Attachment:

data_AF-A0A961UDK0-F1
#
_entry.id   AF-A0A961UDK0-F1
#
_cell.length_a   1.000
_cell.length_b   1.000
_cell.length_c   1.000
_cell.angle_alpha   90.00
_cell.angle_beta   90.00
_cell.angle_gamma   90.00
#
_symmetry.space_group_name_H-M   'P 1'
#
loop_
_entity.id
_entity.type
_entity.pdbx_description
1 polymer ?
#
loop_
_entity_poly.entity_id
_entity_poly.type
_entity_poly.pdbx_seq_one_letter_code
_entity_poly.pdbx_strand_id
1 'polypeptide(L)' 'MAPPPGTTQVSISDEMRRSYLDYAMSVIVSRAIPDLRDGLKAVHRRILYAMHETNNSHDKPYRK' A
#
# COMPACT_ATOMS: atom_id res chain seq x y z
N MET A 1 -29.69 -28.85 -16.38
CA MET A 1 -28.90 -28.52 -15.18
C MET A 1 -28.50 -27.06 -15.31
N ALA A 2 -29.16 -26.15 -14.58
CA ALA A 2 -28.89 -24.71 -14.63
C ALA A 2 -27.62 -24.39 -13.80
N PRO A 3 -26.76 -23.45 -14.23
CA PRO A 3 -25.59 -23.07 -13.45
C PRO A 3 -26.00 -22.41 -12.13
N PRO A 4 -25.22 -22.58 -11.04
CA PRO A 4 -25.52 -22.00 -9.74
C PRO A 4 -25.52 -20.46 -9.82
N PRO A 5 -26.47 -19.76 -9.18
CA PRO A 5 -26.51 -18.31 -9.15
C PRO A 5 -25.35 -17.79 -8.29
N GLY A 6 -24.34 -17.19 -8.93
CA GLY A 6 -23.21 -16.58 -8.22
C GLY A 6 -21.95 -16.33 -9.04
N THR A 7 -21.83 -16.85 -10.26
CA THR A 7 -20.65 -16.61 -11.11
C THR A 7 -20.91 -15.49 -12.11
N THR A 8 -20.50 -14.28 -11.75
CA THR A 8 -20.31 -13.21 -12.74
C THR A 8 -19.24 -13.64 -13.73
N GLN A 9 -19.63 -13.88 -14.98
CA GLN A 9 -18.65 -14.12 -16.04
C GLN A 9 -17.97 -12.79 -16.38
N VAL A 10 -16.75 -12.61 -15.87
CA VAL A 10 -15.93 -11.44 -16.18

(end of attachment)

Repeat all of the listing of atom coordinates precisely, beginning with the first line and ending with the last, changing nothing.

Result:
data_AF-A0A961UDK0-F1
#
_entry.id   AF-A0A961UDK0-F1
#
_cell.length_a   1.000
_cell.length_b   1.000
_cell.length_c   1.000
_cell.angle_alpha   90.00
_cell.angle_beta   90.00
_cell.angle_gamma   90.00
#
_symmetry.space_group_name_H-M   'P 1'
#
loop_
_entity.id
_entity.type
_entity.pdbx_description
1 polymer ?
#
loop_
_entity_poly.entity_id
_entity_poly.type
_entity_poly.pdbx_seq_one_letter_code
_entity_poly.pdbx_strand_id
1 'polypeptide(L)' 'MAPPPGTTQVSISDEMRRSYLDYAMSVIVSRAIPDLRDGLKAVHRRILYAMHETNNSHDKPYRK' A
#
# COMPACT_ATOMS: atom_id res chain seq x y z
N MET A 1 -29.69 -28.85 -16.38
CA MET A 1 -28.90 -28.52 -15.18
C MET A 1 -28.50 -27.06 -15.31
N ALA A 2 -29.16 -26.15 -14.58
CA ALA A 2 -28.89 -24.71 -14.63
C ALA A 2 -27.62 -24.39 -13.80
N PRO A 3 -26.76 -23.45 -14.23
CA PRO A 3 -25.59 -23.07 -13.45
C PRO A 3 -26.00 -22.41 -12.13
N PRO A 4 -25.22 -22.58 -11.04
CA PRO A 4 -25.52 -22.00 -9.74
C PRO A 4 -25.52 -20.46 -9.82
N PRO A 5 -26.47 -19.76 -9.18
CA PRO A 5 -26.51 -18.31 -9.15
C PRO A 5 -25.35 -17.79 -8.29
N GLY A 6 -24.34 -17.19 -8.93
CA GLY A 6 -23.21 -16.58 -8.22
C GLY A 6 -21.95 -16.33 -9.04
N THR A 7 -21.83 -16.85 -10.26
CA THR A 7 -20.65 -16.61 -11.11
C THR A 7 -20.91 -15.49 -12.11
N THR A 8 -20.50 -14.28 -11.75
CA THR A 8 -20.31 -13.21 -12.74
C THR A 8 -19.24 -13.64 -13.73
N GLN A 9 -19.63 -13.88 -14.98
CA GLN A 9 -18.65 -14.12 -16.04
C GLN A 9 -17.97 -12.79 -16.38
N VAL A 10 -16.75 -12.61 -15.87
CA VAL A 10 -15.93 -11.44 -16.18